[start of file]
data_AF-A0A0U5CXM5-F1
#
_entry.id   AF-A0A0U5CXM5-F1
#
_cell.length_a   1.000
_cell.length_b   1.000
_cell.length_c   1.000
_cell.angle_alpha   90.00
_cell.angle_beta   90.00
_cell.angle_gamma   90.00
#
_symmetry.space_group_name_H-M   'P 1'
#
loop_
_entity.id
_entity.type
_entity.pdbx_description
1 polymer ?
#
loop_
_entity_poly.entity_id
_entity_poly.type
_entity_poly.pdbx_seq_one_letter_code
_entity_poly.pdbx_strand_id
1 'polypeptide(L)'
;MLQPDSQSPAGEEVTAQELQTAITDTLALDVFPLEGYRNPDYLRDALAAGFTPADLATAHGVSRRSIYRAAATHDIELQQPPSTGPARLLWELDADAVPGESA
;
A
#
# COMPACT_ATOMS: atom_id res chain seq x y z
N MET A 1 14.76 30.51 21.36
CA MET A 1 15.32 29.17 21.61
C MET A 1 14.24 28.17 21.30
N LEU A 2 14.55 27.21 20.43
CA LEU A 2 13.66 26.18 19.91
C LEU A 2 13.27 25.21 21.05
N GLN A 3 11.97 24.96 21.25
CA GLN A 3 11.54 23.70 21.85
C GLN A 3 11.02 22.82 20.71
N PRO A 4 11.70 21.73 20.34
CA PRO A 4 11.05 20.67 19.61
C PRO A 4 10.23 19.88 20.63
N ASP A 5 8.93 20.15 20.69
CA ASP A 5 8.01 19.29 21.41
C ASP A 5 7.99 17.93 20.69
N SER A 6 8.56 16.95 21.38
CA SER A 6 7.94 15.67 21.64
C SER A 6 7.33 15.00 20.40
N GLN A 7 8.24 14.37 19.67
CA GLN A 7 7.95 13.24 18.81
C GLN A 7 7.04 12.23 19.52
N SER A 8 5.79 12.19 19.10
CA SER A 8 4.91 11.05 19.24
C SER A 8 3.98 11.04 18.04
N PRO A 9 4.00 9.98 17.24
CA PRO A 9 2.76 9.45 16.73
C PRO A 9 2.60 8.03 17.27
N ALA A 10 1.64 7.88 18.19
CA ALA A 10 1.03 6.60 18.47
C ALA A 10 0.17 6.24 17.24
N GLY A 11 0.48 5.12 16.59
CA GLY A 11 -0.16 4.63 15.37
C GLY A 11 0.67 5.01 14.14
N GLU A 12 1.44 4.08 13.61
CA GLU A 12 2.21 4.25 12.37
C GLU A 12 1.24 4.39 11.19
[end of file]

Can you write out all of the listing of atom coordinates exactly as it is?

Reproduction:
data_AF-A0A0U5CXM5-F1
#
_entry.id   AF-A0A0U5CXM5-F1
#
_cell.length_a   1.000
_cell.length_b   1.000
_cell.length_c   1.000
_cell.angle_alpha   90.00
_cell.angle_beta   90.00
_cell.angle_gamma   90.00
#
_symmetry.space_group_name_H-M   'P 1'
#
loop_
_entity.id
_entity.type
_entity.pdbx_description
1 polymer ?
#
loop_
_entity_poly.entity_id
_entity_poly.type
_entity_poly.pdbx_seq_one_letter_code
_entity_poly.pdbx_strand_id
1 'polypeptide(L)'
;MLQPDSQSPAGEEVTAQELQTAITDTLALDVFPLEGYRNPDYLRDALAAGFTPADLATAHGVSRRSIYRAAATHDIELQQPPSTGPARLLWELDADAVPGESA
;
A
#
# COMPACT_ATOMS: atom_id res chain seq x y z
N MET A 1 14.76 30.51 21.36
CA MET A 1 15.32 29.17 21.61
C MET A 1 14.24 28.17 21.30
N LEU A 2 14.55 27.21 20.43
CA LEU A 2 13.66 26.18 19.91
C LEU A 2 13.27 25.21 21.05
N GLN A 3 11.97 24.96 21.25
CA GLN A 3 11.54 23.70 21.85
C GLN A 3 11.02 22.82 20.71
N PRO A 4 11.70 21.73 20.34
CA PRO A 4 11.05 20.67 19.61
C PRO A 4 10.23 19.88 20.63
N ASP A 5 8.93 20.15 20.69
CA ASP A 5 8.01 19.29 21.41
C ASP A 5 7.99 17.93 20.69
N SER A 6 8.56 16.95 21.38
CA SER A 6 7.94 15.67 21.64
C SER A 6 7.33 15.00 20.40
N GLN A 7 8.24 14.37 19.67
CA GLN A 7 7.95 13.24 18.81
C GLN A 7 7.04 12.23 19.52
N SER A 8 5.79 12.19 19.10
CA SER A 8 4.91 11.05 19.24
C SER A 8 3.98 11.04 18.04
N PRO A 9 4.00 9.98 17.24
CA PRO A 9 2.76 9.45 16.73
C PRO A 9 2.60 8.03 17.27
N ALA A 10 1.64 7.88 18.19
CA ALA A 10 1.03 6.60 18.47
C ALA A 10 0.17 6.24 17.24
N GLY A 11 0.48 5.12 16.59
CA GLY A 11 -0.16 4.63 15.37
C GLY A 11 0.67 5.01 14.14
N GLU A 12 1.44 4.08 13.61
CA GLU A 12 2.21 4.25 12.37
C GLU A 12 1.24 4.39 11.19